I
If You Can Keep It
Monthly
 
'If You Can Keep It' explores the structure and workings of the U.S. government. What does it mean to be an American? Armed with primary sources, humor, and anecdotes, Amanda and Sam attempt to answer this question by making civics education fascinating and fun.
 
Oral arguments before the Supreme Court of the United States, presented by Oyez, a multimedia judicial archive at the IllinoisTech Chicago-Kent College of Law.
 
Oral arguments before the Supreme Court of the United States, presented by Oyez, a multimedia judicial archive at the IllinoisTech Chicago-Kent College of Law.
 
Oral arguments before the Supreme Court of the United States, presented by Oyez, a multimedia judicial archive at the IllinoisTech Chicago-Kent College of Law.
 
Oral arguments before the Supreme Court of the United States, presented by Oyez, a multimedia judicial archive at the IllinoisTech Chicago-Kent College of Law.
 
Oral arguments before the Supreme Court of the United States, presented by Oyez, a multimedia judicial archive at the IllinoisTech Chicago-Kent College of Law.
 
Oral arguments before the Supreme Court of the United States, presented by Oyez, a multimedia judicial archive at the IllinoisTech Chicago-Kent College of Law.
 
A weekly discussion concerning the fifth article of the U.S. Constitution, the amending provision, with a general view on the phrase "convention for proposing amendments", and specific focus on the Convention of States Project. Hosted by Paul Hodson, Texas Co-Director of the Convention of States Project
 
The Free Court podcast explores how technology provides new ways to find, hire, and work with attorneys. The emergence of Unbundled Legal Services where clients pay a flat fee per project instead of hourly rates is disrupting the legal profession while expanding access to high quality legal services with affordable prices. Listen and learn how you can benefit from crowdsourced justice as Jason Hartman interviews the innovators and disruptors who are connecting people with the legal documents ...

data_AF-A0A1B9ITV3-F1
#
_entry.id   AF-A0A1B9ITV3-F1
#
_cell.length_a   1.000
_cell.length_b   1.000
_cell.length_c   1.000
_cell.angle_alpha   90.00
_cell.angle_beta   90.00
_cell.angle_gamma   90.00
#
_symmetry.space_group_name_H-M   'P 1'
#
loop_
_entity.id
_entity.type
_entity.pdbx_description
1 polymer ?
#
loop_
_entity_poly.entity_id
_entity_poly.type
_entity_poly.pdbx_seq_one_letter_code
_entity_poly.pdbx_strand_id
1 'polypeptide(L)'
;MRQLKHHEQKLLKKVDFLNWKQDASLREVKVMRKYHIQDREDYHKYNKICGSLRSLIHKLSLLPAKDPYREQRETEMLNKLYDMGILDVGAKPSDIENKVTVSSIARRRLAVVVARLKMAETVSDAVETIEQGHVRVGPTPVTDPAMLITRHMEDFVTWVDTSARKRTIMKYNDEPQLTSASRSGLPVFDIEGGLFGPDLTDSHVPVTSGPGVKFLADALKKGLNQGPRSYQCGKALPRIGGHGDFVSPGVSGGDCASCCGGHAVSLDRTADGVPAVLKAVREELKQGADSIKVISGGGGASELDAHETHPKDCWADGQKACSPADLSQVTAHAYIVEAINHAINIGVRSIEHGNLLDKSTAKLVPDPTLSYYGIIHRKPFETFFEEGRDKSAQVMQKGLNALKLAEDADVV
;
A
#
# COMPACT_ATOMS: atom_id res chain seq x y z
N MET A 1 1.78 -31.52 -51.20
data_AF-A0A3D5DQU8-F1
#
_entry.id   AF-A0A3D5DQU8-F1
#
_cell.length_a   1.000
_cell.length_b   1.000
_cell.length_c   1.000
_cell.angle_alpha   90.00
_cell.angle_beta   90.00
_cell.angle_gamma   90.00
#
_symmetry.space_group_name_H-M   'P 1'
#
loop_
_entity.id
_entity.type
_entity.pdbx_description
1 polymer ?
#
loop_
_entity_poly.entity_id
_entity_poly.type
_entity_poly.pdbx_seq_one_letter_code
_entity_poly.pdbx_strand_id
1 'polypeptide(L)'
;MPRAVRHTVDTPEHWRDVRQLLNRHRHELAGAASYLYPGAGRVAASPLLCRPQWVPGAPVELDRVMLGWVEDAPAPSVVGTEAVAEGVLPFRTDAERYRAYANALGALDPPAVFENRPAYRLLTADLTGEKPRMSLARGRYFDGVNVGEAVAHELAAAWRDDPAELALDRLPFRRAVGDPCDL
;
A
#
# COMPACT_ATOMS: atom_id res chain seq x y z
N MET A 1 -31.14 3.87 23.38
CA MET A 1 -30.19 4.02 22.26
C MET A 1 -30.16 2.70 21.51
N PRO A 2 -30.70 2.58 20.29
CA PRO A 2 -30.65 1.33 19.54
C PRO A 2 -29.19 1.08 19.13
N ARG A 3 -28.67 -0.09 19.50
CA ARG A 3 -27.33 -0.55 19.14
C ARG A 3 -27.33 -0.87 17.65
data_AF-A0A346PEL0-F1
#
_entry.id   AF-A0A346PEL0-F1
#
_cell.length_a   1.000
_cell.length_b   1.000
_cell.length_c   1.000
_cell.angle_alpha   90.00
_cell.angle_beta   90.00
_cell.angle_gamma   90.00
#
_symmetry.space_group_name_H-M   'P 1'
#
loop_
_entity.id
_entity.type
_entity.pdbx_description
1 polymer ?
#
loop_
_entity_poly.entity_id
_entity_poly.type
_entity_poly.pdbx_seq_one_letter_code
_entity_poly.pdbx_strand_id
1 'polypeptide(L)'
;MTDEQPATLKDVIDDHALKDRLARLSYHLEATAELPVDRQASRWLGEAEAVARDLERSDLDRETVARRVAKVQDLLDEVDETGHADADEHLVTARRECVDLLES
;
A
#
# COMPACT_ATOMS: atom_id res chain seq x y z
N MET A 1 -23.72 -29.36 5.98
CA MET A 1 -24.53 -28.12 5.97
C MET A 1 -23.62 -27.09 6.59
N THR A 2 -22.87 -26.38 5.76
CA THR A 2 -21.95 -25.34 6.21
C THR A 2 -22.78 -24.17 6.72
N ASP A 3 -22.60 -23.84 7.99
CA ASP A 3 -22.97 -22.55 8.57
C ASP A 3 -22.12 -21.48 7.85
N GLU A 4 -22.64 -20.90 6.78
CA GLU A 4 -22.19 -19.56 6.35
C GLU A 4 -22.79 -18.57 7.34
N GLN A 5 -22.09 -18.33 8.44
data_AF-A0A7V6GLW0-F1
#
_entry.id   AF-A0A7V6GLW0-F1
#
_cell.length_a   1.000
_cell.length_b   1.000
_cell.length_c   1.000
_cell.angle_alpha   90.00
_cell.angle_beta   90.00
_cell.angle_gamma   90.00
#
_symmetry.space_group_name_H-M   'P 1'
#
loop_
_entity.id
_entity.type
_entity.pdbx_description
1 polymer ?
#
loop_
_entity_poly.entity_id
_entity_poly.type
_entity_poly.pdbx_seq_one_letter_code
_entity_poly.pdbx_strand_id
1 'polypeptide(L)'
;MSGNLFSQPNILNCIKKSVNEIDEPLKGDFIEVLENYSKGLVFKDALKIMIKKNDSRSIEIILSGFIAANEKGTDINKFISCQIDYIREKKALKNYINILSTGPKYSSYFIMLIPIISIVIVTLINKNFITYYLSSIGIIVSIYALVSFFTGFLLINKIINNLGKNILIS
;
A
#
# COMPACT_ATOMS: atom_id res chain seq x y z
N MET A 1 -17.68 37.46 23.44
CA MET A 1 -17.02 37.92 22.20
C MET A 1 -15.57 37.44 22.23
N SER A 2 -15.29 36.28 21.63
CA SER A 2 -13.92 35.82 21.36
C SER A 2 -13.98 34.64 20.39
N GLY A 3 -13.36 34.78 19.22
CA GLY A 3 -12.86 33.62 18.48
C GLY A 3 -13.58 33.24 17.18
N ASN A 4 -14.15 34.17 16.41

Over twenty consecutive months, Charles Dickens enthralled readers with his monthly installments of the novel Bleak House, a complex and compelling portrayal of the English judicial system. Serialized in his own magazine, Household Words, between 1852 and 1853, the book is deemed to be his finest work and is his ninth novel. Using an innovative literary technique known as “free indirect discourse,” where the narrator himself speaks through the medium of one of his main characters, Dickens us ...
 
The Law Podcast is a show about the legal system, laws, legal history, business law, law and economics, constitutional law, the supreme court, judicial activism, original intent, civil rights, economic rights, contracts international law, internet law, litigation, legislation and common sense. The Law Podcast is hosted by Breht Burri and produced by PodcastStudios.com. We can be found at LawPodcast.com.
 
The Public Morality, produced by WSNC, is a weekly broadcast focused on contemporary issues, including politics, and culture. Hosted by Byron Williams, The Public Morality is a 60-minute judicious conversation with some of the nation’s leading thinkers, authors, and activists.